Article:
What was your first bike?
My first bike was a 2004 softail, ended up chopping it up into a pretty slick bobber when I got out of high school. I rode dirt bikes like any other kid. But I started learning how to ride street bikes on my dad’s old ’50 panhead that was over raked/had horrible trail flop on slow turns, and mouse trap clutch…if you’re going to learn how to ride Harley’s, that’s how it should be.
What is your all-time favorite bike?
I’d have to say it’s a split between WCC’s Chongo Blanco & the Death Dealer bike. Now they’re considered simple built bikes, but in all honesty they were awesome bikes for their time when wide tire bikes ruled the world then. Basically in today’s standards, cut/paste bikes that looked super cool and we’re built for the streets. They’re probably the most inspiring bikes for me personally since I got into this industry in 2003.
Why did you choose to work in the motorcycle industry?
I got into building and modifying bikes since the age of 13, but was exposed to the lifestyle for as long as I can remember. From watching my dad work on bikes to racing motocross, I always had a passion for welding and fabricating. When motorcycle mania and monster garage came out, I was hooked on this new love of melting metal and hammering metal into these unique pieces of functional art. During most of my young life, I was employed in the summers by my father at his construction company. I saved enough money so that by the time I was 13, I told my parents that I wanted to buy a mig welder in late summer of 2003. So I did just that, and off I went with this vision of being a welder one day…even if it was just a serious hobby! I then decided to take an old, rusted mini-bike from the 70’s out of the garage and rebuild it. From there I built a custom mini-bike of my own style and liking. I continued on to create another custom mini chopper in 2005 which would start up my career in the motorcycle industry and lead to the start of my company, Raw Iron Choppers. I pursued welding with an intense drive to be very successful at it, in 2007 I took vocational classes for welding at Auburn career center. In 2009 I began taking welding classes at Lakeland Community college with instructor and close friend, Ryan Eubank to further my welding knowledge. I have had the opportunity to work and learn from some of the most respected and educated welders/fabricators/motorcycle enthusiasts in the country, which has been an honor.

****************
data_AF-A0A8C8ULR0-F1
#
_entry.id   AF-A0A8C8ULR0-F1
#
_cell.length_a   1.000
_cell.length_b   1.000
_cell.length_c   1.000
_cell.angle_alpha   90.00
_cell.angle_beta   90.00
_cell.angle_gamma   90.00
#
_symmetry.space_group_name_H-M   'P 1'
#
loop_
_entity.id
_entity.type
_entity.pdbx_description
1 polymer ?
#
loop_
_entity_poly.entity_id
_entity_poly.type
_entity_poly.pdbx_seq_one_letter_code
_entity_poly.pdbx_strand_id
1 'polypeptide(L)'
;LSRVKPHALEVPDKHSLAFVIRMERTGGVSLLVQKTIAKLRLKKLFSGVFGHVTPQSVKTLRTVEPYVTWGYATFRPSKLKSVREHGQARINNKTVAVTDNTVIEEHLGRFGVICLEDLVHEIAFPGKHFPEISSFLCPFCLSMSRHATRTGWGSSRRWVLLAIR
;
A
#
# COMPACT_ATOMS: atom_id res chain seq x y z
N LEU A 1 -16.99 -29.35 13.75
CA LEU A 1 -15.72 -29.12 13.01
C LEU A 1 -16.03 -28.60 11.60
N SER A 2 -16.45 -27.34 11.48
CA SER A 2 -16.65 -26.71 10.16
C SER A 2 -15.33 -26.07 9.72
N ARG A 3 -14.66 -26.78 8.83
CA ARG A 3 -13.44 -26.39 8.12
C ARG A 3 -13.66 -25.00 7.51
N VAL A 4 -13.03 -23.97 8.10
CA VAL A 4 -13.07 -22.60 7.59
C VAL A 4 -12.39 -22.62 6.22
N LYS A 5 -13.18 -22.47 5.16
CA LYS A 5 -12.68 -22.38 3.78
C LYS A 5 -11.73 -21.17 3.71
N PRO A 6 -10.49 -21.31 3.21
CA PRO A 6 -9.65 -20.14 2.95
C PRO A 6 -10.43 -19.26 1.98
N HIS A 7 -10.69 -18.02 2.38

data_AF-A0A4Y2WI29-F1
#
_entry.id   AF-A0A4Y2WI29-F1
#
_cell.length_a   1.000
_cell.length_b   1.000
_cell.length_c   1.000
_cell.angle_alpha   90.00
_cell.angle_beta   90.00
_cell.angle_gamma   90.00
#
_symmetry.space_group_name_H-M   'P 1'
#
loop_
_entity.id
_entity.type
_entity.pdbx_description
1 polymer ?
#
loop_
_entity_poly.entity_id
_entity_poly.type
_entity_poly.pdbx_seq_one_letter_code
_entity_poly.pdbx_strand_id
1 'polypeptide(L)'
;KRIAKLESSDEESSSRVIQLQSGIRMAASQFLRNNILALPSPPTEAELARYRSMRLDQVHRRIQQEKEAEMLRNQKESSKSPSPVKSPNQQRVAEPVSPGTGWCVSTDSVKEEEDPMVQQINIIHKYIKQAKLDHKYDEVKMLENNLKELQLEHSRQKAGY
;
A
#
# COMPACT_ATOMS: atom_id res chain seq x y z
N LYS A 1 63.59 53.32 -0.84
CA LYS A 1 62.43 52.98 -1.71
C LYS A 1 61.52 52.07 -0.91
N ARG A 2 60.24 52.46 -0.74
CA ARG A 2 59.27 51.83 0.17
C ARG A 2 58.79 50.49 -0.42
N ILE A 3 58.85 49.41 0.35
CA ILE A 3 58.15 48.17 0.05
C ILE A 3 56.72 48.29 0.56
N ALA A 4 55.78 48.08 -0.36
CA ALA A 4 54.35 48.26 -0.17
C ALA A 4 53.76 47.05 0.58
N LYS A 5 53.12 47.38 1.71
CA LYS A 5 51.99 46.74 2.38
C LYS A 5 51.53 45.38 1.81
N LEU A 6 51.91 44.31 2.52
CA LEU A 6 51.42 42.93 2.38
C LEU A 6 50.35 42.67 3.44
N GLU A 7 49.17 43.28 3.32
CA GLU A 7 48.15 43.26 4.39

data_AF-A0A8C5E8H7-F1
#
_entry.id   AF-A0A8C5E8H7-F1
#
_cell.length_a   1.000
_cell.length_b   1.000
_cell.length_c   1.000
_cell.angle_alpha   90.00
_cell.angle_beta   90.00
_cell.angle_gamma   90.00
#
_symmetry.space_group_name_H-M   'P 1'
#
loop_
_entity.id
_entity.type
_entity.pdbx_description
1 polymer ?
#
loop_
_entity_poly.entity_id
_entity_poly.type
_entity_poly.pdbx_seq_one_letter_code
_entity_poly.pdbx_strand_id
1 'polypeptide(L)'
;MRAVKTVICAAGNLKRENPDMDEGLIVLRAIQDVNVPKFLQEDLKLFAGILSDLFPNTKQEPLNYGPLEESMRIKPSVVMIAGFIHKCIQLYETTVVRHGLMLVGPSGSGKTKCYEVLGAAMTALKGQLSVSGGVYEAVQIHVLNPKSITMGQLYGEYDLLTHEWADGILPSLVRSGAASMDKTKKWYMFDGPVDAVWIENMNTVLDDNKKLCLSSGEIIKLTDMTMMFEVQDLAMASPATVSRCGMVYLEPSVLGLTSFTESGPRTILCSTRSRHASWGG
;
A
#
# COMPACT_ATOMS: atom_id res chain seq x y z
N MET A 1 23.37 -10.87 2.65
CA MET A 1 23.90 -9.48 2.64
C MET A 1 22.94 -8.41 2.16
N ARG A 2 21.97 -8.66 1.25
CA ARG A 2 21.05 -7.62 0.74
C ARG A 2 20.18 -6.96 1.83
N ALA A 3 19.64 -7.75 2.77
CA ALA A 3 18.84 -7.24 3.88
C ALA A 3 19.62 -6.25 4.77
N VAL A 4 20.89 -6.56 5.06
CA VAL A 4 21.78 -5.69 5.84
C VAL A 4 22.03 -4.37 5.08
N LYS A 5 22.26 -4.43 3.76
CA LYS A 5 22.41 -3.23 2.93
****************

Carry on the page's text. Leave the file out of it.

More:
What do you think the future of the motorcycle industry is?